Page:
Like a lot of people, when I first started meditating I thought it was such a big deal. I brought some very serious intention to it, believing I had to be disciplined and super concentrated in order to achieve whatever it was I imagined I should get out of it. This is a common but mistaken view, and quite predictable for anyone steeped in western culture, especially the American way of thinking. We have all been conditioned to believe that harder, faster, and more brings success and accomplishment. While it’s true that cultivating mindfulness takes practice and practice (of any skill) requires a certain level of devotion and determined effort, pushing hard and bearing down on the process just leads to exhaustion and more dissatisfaction. It’s helpful to remember that the Buddha’s first instruction for meditators is: Relax.
In my early attempts at meditation, I tried to make something happen, or stop it from happening. I struggled with the constant thinking in my mind, and I tried to either ignore or tame any physical discomfort I felt. I wanted to be good at meditating, so I tried really hard to manage my experience. Management was familiar to me; I had been rewarded for coordinating projects, classes, committees, my family life, and so on. Even though I understood intellectually that none of that was called for in meditation, that was nevertheless my default mode and so my early efforts reflected that perfectly.
I recognized this fairly quickly, however, and could see that I was just spinning my wheels. Even now, a dozen years later, I sometimes see the urge to change what’s happening or get to some other state of being, to make a big deal out of whatever arises. It’s a habit of thought, that’s all. What I continue to learn is how to simply note it and let it fall away.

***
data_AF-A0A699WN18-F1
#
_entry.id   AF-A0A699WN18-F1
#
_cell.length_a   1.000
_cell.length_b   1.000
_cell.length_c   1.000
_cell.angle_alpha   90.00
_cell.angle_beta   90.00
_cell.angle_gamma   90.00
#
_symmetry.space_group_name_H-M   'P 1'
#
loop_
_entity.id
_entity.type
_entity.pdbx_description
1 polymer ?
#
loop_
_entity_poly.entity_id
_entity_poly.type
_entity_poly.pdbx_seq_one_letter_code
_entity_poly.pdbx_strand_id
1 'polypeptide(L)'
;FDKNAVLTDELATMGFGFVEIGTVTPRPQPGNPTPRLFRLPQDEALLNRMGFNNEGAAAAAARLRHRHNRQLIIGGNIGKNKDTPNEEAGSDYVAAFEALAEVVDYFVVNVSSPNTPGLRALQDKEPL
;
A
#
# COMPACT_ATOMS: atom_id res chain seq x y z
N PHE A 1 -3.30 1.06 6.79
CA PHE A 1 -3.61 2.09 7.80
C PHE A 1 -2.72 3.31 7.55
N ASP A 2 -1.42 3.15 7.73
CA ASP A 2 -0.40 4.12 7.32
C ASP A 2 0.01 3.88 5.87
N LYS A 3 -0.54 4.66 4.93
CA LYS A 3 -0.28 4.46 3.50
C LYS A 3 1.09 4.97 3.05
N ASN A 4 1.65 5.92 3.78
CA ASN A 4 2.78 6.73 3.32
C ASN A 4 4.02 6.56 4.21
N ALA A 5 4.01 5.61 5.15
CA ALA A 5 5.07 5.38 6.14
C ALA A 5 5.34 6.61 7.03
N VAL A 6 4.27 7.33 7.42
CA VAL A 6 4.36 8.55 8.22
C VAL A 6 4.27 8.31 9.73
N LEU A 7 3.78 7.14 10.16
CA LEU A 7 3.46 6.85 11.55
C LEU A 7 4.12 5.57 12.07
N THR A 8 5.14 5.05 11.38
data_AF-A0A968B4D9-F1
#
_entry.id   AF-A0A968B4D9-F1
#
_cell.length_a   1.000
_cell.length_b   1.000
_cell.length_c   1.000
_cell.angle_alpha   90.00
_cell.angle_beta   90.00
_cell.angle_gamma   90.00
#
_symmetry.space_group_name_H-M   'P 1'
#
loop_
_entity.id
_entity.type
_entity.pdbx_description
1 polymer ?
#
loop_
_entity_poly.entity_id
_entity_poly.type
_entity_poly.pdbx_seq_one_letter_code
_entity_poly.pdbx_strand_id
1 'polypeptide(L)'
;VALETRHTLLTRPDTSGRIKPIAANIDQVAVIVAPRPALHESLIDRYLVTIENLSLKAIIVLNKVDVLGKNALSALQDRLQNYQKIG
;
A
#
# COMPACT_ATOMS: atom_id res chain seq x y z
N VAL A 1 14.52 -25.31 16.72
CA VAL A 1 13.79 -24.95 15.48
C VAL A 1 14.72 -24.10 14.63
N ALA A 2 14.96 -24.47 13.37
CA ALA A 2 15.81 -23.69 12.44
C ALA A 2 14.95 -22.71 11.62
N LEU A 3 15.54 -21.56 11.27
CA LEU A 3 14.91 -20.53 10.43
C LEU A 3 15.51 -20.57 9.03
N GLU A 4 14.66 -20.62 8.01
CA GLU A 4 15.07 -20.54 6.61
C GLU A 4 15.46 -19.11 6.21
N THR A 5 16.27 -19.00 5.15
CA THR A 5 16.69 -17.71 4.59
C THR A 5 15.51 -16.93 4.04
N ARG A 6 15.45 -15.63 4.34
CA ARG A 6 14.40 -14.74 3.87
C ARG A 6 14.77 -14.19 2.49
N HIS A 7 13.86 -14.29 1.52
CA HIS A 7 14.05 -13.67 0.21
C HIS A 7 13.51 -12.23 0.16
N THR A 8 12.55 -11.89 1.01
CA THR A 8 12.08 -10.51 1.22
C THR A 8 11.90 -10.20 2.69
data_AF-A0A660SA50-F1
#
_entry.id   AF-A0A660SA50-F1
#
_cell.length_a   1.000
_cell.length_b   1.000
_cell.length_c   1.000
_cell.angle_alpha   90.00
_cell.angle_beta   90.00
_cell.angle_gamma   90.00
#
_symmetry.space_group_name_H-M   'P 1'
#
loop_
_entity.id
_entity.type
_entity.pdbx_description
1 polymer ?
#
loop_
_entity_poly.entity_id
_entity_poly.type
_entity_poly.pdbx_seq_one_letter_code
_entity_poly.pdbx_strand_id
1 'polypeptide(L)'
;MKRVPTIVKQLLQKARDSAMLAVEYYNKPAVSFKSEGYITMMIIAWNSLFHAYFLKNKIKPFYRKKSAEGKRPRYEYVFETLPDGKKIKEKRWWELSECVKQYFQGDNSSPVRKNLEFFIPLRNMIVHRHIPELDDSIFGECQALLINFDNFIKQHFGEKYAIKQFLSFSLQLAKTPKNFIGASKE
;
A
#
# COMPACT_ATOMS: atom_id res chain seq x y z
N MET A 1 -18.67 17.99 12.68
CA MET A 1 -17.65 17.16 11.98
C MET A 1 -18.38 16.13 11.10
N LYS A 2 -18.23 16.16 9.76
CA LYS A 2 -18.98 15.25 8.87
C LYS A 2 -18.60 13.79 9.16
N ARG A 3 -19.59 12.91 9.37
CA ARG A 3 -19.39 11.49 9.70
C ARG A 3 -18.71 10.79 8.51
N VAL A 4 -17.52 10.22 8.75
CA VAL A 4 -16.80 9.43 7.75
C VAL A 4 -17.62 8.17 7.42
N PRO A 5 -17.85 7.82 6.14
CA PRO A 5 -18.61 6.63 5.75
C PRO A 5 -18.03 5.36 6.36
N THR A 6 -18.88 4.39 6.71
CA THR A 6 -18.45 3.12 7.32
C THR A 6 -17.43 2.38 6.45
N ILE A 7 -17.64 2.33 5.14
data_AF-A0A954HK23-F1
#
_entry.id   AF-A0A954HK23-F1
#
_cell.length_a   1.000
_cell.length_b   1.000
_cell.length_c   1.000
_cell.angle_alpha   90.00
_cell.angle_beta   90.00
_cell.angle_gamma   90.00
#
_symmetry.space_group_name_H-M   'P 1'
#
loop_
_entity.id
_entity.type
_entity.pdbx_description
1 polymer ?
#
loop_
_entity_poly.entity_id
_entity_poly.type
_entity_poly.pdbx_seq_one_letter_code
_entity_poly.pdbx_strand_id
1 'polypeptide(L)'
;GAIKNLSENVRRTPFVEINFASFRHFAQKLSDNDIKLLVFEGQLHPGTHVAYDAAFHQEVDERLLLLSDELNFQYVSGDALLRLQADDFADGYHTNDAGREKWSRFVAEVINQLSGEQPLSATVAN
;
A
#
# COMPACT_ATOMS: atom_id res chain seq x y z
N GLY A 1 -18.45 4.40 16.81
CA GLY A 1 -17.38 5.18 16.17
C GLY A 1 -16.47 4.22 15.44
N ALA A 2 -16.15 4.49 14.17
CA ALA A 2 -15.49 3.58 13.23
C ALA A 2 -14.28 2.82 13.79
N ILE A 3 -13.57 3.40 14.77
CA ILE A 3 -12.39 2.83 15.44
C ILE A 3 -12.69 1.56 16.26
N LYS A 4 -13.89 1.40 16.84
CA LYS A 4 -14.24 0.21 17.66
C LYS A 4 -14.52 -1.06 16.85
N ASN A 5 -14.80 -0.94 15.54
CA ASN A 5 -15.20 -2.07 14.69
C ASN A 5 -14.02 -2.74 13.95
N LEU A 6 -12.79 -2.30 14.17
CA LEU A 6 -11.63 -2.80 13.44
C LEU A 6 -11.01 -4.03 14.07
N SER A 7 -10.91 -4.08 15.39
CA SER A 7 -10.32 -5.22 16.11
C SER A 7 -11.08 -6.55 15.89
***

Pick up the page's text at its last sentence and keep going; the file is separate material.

The truth is, we don’t need to do anything with what we experience in any given moment. When we allow ourselves to simply be with whatever it is, that’s where the teaching is. And the beauty of this is that everything is a teacher. I wasn’t “wrong” to try so hard in my early attempts at meditating, because the minute I noticed what I was doing I learned something important about my approach to life. “Oh look. There’s the part of me that thinks she needs to control everything.”
I keep becoming more fascinated with the workings of my conditioned heart and mind. Among the many benefits of Insight meditation are an increased sense of balance and acceptance of the way things really are, an ability to meet life on life’s terms, no matter what is happening. That includes those moments where I am absolutely not accepting, not being balanced, and when I forget that meditation is no big deal.
It’s really so simple. All that is required is the willingness to open to Here. Now. This. We are free to begin again, and again.
Are you trying hard to meditate? How do you know?
Where are you holding effort in your body or mind right now? What happens when you let go and allow ease?
What happens when you allow yourself to turn toward Here, Now, This?